Sermon. Part 1.
In the prayers and hymns of the Divine Liturgy, as well as in other holy Services, the second person of the Holy Trinity, The Son of God, is called “Logos”; like in the hymns “Only begotten Son and Word (Logos) of God, being immortal…”, or “… you, who are more glorious than the Seraphim, who undefiled gave birth to God the Word (Logos)…”
Have we ever asked ourselves, why is the Son of God called Logos (Word)? It is very edifying to look more deeply at the liturgical texts of our Church, for they have been written with the breath of the Holy Spirit, and contain precious wisdom for us all. If we simply hear them as they are recited or chanted, without grasping their meaning, it is useless. We resemble a thirsty person who is walking by a fountain of fresh water, but keeps walking and does not stop to get a drink. They hear the sound of the water, but they pass by, and so remain thirsty.
There is a profound meaning in the term Logos (Word), which the Church uses. Think of this: St. John the Evangelist begins his Gospel with this very word: “In the beginning was the Word [the Logos]” and he continues: “and the Word was with God, and the Word was God. He was in the beginning with God. All things were made through Him, and without Him nothing was made that was made” (John 1:1-3). Who is this Word? As we all know, the God-inspired Evangelist John reveals clearly that the Word is the Son of God, through whom the Triune God created all things.
These first verses of the Gospel refer back to the first verses of the book of Genesis in the Old Testament: “In the beginning God made heaven and earth.” Following this, it explains how God created them: “Then God said, ՙLet there be lightʼ; and there was light” (Genesis 1:3). After this, and just before every act of creation, the phrase “Then God said” is repeated. “Then God said…” and the sun, the stars, the earth, the trees, the plants, the fish of the seas, and the animals of the earth were made. What is the meaning of “God said,” in the Holy Scriptures? Does God have a mouth that has a voice coming out of it?
It is here that we must explain that, in order to help us understand these exalted concepts, the Holy Scriptures use “anthropomorphic expressions.” In other words, images and ideas that the human mind can comprehend (like in this instance). The Gospel says Word; the book of Genesis uses the verb “said”; for a human being, both these words express the same thing: the creative word of God coming from God-the-Word, the Son of God. This expression can also be found in the Psalms (but in a poetic style): “By the word of the Lord the heavens were established” (Psalms 32 :6). This is exactly what we are declaring in the Confession of Faith: “I believe … in one Lord, Jesus Christ, the only begotten Son of God … through whom all things were made.”
Let us also remember here that the Son of God always acts in accordance with the will of God-the-Father. This is also what happened at the creation of the world. In the first article of the Confession of Faith, we profess belief “in one God, Father, Almighty, maker of heaven and earth, and of all things visible and invisible.” So God-the-Father created everything, “through His Son, God-the-Word,” and by (and in) the Holy Spirit offered them life. All three persons worked together in creating the world, and the result was wonderful. The Holy Scriptures tells us that when the work of creation came to a conclusion “God saw everything He had made, and indeed, it was very good” (Genesis 1:31). Whatever God creates is perfect!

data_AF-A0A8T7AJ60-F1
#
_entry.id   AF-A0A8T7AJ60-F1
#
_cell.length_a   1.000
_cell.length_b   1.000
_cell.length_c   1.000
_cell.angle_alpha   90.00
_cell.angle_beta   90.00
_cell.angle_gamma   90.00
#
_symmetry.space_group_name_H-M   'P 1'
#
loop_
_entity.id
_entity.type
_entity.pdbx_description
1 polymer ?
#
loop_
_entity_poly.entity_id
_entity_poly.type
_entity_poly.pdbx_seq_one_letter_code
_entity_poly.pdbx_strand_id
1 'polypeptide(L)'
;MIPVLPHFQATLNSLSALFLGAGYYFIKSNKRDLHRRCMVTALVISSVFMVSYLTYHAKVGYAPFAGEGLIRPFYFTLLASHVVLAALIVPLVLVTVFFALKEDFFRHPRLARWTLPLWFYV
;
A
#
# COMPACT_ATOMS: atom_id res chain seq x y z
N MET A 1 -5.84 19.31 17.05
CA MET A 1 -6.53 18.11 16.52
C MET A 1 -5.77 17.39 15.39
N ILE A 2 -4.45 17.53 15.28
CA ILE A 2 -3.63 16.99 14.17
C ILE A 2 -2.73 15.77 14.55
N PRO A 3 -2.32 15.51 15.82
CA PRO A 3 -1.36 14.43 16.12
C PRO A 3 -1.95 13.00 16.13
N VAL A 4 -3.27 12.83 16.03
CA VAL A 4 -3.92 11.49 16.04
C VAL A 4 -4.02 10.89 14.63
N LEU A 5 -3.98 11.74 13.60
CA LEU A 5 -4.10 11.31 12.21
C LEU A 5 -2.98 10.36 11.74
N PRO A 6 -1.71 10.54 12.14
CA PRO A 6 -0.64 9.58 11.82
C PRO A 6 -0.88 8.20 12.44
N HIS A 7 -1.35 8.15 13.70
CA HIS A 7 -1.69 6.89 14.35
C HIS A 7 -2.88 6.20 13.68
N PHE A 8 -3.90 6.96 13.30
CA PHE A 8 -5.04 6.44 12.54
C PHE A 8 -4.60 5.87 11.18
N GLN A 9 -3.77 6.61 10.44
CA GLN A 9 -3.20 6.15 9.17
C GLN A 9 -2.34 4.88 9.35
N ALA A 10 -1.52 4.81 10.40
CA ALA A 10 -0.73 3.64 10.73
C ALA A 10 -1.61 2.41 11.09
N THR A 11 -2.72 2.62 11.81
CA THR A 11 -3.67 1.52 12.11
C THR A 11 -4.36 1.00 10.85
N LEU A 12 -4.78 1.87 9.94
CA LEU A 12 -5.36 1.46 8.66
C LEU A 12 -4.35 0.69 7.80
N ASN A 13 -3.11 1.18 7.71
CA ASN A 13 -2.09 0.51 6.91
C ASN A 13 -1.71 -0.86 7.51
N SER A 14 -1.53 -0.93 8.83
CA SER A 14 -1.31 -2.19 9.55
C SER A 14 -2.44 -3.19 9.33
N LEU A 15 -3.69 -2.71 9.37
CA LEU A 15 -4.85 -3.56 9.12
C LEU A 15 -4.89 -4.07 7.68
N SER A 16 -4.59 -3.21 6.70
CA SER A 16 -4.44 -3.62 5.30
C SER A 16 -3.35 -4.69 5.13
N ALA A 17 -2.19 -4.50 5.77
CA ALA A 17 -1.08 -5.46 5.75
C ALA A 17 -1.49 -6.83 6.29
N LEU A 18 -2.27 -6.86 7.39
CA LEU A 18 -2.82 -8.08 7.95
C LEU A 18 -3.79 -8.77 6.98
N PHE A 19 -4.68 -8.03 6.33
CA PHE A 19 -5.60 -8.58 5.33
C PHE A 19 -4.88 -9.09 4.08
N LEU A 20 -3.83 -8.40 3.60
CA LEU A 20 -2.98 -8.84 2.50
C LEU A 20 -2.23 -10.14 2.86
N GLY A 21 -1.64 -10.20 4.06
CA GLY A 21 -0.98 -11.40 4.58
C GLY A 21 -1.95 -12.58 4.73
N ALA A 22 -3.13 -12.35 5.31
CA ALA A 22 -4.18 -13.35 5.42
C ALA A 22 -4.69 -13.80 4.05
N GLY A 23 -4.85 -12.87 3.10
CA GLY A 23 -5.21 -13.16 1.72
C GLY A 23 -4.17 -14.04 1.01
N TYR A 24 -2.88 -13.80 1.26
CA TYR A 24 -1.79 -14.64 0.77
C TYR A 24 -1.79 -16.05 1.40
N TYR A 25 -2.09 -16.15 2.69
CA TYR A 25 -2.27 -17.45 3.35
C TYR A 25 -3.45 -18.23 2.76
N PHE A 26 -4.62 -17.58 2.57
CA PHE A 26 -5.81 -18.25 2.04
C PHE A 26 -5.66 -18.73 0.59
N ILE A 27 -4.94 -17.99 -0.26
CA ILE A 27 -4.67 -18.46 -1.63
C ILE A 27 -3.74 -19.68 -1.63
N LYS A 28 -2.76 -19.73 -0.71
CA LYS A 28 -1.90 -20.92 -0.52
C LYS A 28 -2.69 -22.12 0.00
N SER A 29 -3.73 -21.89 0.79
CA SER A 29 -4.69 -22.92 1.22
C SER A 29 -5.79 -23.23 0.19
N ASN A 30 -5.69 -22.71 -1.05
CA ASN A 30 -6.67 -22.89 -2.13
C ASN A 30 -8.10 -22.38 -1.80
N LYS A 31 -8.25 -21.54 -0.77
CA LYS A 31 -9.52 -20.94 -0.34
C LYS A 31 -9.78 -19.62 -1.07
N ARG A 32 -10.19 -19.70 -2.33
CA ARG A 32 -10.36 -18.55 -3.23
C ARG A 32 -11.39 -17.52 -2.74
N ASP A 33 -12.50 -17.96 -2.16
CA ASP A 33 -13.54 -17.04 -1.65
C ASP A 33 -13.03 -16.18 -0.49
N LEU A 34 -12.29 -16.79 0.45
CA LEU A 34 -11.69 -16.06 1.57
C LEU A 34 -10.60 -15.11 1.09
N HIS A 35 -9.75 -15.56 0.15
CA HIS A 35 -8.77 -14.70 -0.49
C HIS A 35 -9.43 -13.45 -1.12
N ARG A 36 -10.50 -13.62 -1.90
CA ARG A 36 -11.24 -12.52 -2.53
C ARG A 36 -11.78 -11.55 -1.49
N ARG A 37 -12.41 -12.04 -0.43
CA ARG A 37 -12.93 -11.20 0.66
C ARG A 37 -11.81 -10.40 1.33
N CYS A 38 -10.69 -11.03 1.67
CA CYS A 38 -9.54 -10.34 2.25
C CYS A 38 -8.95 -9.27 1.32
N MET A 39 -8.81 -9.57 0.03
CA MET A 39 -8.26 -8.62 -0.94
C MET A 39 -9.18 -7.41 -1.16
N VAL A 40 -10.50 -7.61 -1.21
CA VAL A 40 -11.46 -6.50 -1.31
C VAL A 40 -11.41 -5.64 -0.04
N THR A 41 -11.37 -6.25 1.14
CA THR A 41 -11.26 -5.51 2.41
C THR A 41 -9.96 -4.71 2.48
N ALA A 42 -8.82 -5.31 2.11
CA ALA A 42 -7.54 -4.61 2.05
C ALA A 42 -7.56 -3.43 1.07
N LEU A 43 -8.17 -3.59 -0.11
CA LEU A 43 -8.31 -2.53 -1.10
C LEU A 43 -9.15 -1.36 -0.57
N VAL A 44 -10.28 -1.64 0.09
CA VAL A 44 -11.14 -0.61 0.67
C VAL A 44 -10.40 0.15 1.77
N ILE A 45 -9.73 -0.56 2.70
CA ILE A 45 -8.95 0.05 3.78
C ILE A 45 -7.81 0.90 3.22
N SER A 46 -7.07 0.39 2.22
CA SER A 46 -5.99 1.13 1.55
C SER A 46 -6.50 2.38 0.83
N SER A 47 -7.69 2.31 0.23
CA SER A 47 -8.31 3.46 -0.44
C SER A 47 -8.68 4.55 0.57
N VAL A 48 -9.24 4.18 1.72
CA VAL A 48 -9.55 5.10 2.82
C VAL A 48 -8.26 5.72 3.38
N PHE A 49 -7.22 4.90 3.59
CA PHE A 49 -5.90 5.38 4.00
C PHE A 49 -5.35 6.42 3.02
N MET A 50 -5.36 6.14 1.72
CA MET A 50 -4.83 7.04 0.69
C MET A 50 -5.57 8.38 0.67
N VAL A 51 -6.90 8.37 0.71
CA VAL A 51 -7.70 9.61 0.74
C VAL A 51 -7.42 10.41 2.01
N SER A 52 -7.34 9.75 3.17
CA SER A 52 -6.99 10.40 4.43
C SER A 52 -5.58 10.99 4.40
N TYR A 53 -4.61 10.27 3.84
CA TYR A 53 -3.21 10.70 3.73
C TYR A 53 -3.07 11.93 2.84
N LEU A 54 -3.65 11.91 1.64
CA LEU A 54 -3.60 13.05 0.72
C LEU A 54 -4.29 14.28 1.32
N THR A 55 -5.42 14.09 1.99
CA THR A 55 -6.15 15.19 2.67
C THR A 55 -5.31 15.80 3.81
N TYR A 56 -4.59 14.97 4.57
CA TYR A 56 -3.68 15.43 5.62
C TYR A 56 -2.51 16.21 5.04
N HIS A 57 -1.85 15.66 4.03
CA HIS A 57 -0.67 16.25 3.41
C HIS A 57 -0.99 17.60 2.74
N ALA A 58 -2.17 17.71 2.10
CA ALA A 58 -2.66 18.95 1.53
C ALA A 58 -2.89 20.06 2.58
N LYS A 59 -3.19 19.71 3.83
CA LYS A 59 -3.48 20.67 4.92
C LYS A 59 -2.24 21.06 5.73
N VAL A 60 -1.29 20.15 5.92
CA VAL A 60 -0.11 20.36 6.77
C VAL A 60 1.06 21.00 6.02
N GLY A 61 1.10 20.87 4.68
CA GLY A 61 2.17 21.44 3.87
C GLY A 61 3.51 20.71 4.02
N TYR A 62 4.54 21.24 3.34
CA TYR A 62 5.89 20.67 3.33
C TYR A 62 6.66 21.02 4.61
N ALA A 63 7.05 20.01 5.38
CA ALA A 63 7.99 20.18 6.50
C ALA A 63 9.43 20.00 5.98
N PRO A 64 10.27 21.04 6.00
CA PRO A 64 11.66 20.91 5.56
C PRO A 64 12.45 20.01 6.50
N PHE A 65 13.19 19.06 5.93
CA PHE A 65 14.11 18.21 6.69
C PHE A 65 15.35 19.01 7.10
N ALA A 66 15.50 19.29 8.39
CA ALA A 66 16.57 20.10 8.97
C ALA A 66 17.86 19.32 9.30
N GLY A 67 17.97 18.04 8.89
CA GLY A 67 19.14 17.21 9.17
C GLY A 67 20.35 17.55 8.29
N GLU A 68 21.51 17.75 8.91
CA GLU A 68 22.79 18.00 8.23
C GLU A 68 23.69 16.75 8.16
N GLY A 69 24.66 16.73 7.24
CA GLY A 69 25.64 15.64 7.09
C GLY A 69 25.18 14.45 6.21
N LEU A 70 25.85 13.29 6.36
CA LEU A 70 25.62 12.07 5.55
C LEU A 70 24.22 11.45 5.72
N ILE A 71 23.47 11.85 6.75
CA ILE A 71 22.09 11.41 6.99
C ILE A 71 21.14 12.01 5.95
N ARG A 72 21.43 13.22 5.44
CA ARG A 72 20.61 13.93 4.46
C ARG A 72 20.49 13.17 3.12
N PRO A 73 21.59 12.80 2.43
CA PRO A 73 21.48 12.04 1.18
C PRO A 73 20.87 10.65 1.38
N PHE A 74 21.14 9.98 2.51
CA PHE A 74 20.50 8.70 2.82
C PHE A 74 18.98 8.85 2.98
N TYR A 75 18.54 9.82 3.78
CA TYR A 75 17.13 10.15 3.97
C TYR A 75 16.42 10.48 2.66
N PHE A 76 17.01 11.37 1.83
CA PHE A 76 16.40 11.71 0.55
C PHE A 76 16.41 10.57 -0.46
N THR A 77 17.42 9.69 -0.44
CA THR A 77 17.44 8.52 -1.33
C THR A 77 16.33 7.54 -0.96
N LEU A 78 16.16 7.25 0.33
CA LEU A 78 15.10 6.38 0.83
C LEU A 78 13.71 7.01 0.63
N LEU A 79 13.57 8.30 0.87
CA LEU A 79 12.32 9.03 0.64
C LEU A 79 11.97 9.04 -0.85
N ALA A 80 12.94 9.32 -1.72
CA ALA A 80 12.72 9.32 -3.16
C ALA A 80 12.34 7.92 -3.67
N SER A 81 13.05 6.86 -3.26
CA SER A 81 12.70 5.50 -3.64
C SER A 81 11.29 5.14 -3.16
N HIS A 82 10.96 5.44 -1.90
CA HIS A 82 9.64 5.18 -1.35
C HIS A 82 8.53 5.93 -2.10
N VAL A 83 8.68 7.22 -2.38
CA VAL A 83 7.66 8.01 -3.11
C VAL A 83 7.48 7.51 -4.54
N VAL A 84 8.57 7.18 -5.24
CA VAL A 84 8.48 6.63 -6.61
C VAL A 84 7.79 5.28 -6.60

David, the prophet and king, in his beautiful Psalm which we hear in every Vespers service, after the impressive description of the greatness of creation, concludes with words of admiration: “O Lord, Your works shall be magnified greatly; You made all things in wisdom … Let the glory of the Lord be forever ” (Psalms 103 :24 & 31).
My beloved brothers and sisters, when we hear our Lord Jesus Christ referred to as the Word of God in our Church, let each of us remember, with gratitude, that He also created us humans in a unique way. He gave us particular qualities, and the ability to enjoy the beauty of His creation. Let us not forget that the Word of God created this world with an infinite wisdom, where absolute order and harmony prevail. When we look at the many millions of galaxies and stars, which are moving at countless distances from the earth, we can see the omnipotence of God-the-Word revealed. As a result, when our Lord calls us to His house (to His holy Temple) for communal worship, we should realize the great honor that He is granting to us. It is the Creator of the entire world, the All-wise and Almighty God who is coming to us. He listens to us, receives our worship, blesses us, and most of all, He offers us His own holy Body and Blood. We are united with Him, and sanctified by Him. Truly, do we understand the magnitude of this honor, which is given by our Lord and God? This is why we should be quick to go to Church (with passion and excitement), in order to partake in the Divine Liturgy, to meet with Him and worship Him. During the course of the Divine Liturgy, we should be feeling the living presence of our Lord, and focusing on what is happening. In doing so, we can enjoy His sanctifying Grace, and the extraordinary blessing of His presence. Amen.